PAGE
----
When Robert posted the invite for this month’s T-SQL Tuesday, I’ll admit that I really didn’t have any idea on what I would write about. I couldn’t come up with anything that I thought had bearing to the topic of “data presentation”
That is, until this morning.
I’m going to go a different direction and probably not show anything technical. You see, I think that data presentation is really about communication. Yup, you heard me. Communication. I want you to talk to your end user. Engage them to find out how they want the data presented. After all, it’s probably their data. We just store it for them and now they need our help to get the data into a meaningful format.
The end user probably doesn’t care if you use a Common Table Expression (which are really cool!), a cursor (not so cool!) or some fancy SSIS package to do the dirty work. All they really care about is that the data is in a format that is readable, meaningful and makes sense to them.
I’ve been in those conversations before and I would bet you have too. Everybody is sitting around the room and you start in with how you’ll pull the data and twist it this way and that way. When you look at your end user, you see their eyes are glazed over like a fresh doughnut. They probably don’t even know what a CTE is nor do they really care, and I don’t think that they should. I think that it’s great that we are passionate about doing it right in terms of extracting the data, but usually the end user isn’t technical. If they were, they probably wouldn’t be coming to you.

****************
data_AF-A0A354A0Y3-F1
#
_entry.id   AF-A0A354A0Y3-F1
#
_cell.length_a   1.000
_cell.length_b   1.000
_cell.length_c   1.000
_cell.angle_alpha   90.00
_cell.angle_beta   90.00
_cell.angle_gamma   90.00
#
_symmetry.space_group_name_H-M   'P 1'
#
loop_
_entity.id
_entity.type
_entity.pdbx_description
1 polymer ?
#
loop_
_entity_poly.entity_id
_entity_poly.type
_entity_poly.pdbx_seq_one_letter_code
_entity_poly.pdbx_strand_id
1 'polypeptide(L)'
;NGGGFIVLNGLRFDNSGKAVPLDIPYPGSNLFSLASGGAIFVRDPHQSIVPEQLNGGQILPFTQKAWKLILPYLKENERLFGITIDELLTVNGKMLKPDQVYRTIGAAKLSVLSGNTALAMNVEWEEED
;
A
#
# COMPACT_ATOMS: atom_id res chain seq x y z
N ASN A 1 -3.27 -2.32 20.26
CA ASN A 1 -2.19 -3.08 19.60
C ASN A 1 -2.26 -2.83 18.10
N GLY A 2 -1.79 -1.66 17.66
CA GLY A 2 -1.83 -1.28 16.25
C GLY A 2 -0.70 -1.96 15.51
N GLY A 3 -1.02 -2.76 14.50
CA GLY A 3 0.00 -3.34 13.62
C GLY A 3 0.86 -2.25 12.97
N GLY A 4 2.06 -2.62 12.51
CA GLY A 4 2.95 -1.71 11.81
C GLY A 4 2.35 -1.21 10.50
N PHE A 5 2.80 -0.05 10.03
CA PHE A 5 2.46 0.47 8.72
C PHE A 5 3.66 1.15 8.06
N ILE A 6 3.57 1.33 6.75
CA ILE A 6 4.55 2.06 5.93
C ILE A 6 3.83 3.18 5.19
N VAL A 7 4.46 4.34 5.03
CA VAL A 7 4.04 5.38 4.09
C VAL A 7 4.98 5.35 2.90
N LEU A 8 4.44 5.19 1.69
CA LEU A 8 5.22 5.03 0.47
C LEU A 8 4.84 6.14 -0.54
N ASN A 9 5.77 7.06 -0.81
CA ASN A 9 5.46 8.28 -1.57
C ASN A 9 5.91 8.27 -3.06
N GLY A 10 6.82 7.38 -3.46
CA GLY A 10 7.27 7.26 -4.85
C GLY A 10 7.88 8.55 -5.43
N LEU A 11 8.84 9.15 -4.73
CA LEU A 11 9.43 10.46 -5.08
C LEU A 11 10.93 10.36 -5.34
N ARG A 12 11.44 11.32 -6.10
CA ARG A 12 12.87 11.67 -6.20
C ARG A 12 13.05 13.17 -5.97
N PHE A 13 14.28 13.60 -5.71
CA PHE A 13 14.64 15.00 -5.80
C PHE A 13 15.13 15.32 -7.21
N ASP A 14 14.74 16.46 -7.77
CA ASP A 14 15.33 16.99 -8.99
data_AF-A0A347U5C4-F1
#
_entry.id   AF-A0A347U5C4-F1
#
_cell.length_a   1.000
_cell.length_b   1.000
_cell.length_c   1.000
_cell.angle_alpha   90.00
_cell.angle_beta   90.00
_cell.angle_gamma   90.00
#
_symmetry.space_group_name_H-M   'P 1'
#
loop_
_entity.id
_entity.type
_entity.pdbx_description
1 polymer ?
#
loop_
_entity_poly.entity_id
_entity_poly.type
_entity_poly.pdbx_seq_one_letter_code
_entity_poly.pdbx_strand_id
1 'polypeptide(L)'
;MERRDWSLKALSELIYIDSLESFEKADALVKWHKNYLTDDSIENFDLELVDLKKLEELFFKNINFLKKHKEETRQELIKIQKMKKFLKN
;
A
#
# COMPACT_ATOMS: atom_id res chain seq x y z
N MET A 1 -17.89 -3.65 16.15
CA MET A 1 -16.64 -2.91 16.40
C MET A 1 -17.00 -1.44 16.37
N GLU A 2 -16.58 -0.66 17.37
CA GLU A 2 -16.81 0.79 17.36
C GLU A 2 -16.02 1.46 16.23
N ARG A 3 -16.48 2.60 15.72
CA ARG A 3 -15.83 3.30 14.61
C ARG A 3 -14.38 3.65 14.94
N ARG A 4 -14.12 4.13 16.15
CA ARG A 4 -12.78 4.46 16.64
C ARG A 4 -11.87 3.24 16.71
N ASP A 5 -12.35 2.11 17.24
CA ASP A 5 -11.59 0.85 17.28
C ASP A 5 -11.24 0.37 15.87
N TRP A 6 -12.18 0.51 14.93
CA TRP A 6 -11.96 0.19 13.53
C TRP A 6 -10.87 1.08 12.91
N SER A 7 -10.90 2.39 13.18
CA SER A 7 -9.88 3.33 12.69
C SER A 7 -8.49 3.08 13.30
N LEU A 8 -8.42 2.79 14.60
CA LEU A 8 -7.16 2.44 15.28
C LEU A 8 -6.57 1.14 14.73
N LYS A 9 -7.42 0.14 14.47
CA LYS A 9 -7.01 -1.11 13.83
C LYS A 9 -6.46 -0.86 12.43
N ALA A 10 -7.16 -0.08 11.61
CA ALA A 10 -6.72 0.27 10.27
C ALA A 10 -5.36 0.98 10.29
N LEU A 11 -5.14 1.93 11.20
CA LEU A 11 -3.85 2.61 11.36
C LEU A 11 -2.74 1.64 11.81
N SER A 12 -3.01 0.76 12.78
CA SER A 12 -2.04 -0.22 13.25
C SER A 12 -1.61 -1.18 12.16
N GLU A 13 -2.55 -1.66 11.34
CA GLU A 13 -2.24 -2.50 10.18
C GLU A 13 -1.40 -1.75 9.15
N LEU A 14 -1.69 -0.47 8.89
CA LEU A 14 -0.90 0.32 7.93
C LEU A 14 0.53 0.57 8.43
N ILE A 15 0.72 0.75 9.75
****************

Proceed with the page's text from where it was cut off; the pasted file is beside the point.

So how do you start that conversation? Easy. Start asking questions.
- Is there any particular format you want the data in?
- What are the requirements for the data? In other words, what is going to be in the WHERE clause.
- Is there going to be any type of grouping?
- Does the data need to be ordered in any fashion?
- Do you want pretty graphs?
And the list could go on and on.
In a nut shell, it’s really about talking with your end users and find out what they want and/or need. So start asking questions and it will shake out in the end. By all means, data presentation is one of the most important aspects of what we do. It is definitely something that all DBA’s should keep in mind as they write their awesome CTE’s or SSIS packages.
After all, data presentation is just a way for the data to communicate something meaningful to the reader.
© 2011, John Morehouse. All rights reserved.